Who Are You? – Generation Justice

A heavy and controlled stream of release embodied the large meeting space as every member of the Youth Employment Summer Institute (YES!) exhaled in unison. Convening coordinator, Mónica Córdova, led the group in a quick breathing exercise. She called upon everyone to clear their outside thoughts and come into the present moment, to remember this starting point of a summer that would bring growth and change to everyone involved.

It was the first time I met the Generation Justice YES! crew, George, Izzy, Victor, Carson and Nick, all of whom were completely welcoming and fun to be around. There were a lot of ice breakers, which aren’t typically what I wake up for in the morning, but there was one in particular that impacted me.

In this ice breaker, we all split into pairs. The instructions were to ask your partner: “Who are you?” repeatedly after they provided one-worded answers for a few minutes, then switch. People around the room laughed and paused and struggled to provide answers for the rapidly-paced question. I would guess that the majority of participants were surprised at how difficult an exercise this was. I know I was. Shouldn’t I know who I am? Humans are experts at labeling and categorizing things, why is it so difficult to claim, then vocalize the roles I fill?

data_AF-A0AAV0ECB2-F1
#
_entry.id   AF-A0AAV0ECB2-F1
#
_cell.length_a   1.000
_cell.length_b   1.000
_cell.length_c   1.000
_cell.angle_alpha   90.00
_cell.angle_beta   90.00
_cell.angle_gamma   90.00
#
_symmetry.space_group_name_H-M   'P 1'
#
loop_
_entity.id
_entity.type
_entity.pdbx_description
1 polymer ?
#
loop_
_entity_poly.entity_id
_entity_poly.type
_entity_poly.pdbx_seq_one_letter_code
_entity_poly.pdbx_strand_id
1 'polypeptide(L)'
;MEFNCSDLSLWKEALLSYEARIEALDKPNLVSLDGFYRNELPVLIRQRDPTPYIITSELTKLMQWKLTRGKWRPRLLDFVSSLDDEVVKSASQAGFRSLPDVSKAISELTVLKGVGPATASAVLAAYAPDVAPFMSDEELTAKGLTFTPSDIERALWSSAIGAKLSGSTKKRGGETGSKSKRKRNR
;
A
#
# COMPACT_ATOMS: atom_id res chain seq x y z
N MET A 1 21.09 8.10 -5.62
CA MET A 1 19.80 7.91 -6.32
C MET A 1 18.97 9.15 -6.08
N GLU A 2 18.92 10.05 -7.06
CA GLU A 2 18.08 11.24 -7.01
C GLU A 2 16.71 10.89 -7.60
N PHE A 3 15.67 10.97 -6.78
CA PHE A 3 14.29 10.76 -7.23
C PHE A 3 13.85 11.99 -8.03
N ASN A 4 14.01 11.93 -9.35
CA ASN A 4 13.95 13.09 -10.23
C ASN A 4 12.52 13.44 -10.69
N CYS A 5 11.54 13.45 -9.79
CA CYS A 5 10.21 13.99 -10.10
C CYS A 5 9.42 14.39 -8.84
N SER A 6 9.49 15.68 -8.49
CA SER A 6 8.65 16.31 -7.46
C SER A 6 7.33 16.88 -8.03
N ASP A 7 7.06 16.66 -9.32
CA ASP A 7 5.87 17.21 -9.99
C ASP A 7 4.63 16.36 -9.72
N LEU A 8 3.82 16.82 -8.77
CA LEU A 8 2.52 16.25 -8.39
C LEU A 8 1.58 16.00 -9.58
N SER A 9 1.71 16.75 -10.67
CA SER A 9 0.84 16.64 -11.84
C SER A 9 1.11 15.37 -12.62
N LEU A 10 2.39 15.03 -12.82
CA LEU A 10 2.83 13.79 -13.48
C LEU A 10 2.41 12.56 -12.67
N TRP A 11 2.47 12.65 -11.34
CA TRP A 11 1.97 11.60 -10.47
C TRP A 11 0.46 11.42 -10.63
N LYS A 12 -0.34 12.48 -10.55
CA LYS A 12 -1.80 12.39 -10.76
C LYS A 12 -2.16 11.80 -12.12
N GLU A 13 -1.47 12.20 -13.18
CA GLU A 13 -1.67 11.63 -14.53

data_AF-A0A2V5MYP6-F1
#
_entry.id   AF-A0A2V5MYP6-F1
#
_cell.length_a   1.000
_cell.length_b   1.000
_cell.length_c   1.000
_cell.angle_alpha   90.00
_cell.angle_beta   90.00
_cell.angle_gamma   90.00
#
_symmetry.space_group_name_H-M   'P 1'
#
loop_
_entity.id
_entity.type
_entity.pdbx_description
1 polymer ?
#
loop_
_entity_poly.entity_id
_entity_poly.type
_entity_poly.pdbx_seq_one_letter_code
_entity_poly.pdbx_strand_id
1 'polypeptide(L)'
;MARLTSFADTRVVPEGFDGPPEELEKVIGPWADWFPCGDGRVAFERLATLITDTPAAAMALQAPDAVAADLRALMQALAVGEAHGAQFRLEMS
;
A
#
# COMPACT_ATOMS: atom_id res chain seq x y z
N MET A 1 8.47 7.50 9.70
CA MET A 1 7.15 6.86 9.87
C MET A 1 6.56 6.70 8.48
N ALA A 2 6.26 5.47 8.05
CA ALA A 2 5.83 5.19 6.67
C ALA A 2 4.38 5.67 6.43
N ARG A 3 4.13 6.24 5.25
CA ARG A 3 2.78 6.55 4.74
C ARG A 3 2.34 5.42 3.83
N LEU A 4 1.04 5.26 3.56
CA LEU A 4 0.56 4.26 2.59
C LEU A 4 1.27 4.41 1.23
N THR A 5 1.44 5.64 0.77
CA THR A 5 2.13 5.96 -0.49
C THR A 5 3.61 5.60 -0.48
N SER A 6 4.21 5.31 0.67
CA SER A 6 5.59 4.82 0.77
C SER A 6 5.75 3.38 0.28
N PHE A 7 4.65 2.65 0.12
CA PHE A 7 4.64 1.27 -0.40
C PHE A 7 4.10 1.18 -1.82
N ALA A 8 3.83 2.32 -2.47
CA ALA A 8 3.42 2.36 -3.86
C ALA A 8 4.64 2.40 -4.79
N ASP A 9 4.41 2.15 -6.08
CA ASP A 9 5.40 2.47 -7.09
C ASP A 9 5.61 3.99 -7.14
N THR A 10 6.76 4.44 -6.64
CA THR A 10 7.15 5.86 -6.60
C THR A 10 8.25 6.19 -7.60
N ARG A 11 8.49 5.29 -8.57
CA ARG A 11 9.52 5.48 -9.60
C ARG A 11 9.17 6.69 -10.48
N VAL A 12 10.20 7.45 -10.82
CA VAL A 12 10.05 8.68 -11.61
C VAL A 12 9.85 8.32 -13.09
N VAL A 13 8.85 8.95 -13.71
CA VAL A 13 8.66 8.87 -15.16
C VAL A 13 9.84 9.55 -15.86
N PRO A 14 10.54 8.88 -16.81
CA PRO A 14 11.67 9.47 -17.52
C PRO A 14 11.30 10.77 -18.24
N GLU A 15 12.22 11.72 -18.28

It could be because I have never explicitly sat down and sectioned the scattered facets of my being into categories with which to identify, but I think my main struggle was shouting out and claiming those labels. There is community and support in belonging to groups. There are also stereotypes and biases in belonging to groups. Whether they be positive or negative, people judge and are judged based on labels that have the impact to cause life-long effects. This aspect of self-identification is an important part of social justice for me, giving people the freedom to identify and belong, without it meaning anything different than what they want it to mean.

Being brought into the present was a unifying moment in the training. The solemn tone solidified the importance of the work we were called upon and ready to do. I’m looking forward to reconvening and hearing about the steps that were made towards social justice. And even if I still struggle with the “Who are you?” exercise, I can now respond with “YES! intern” and feel the support and community that was built during the convening.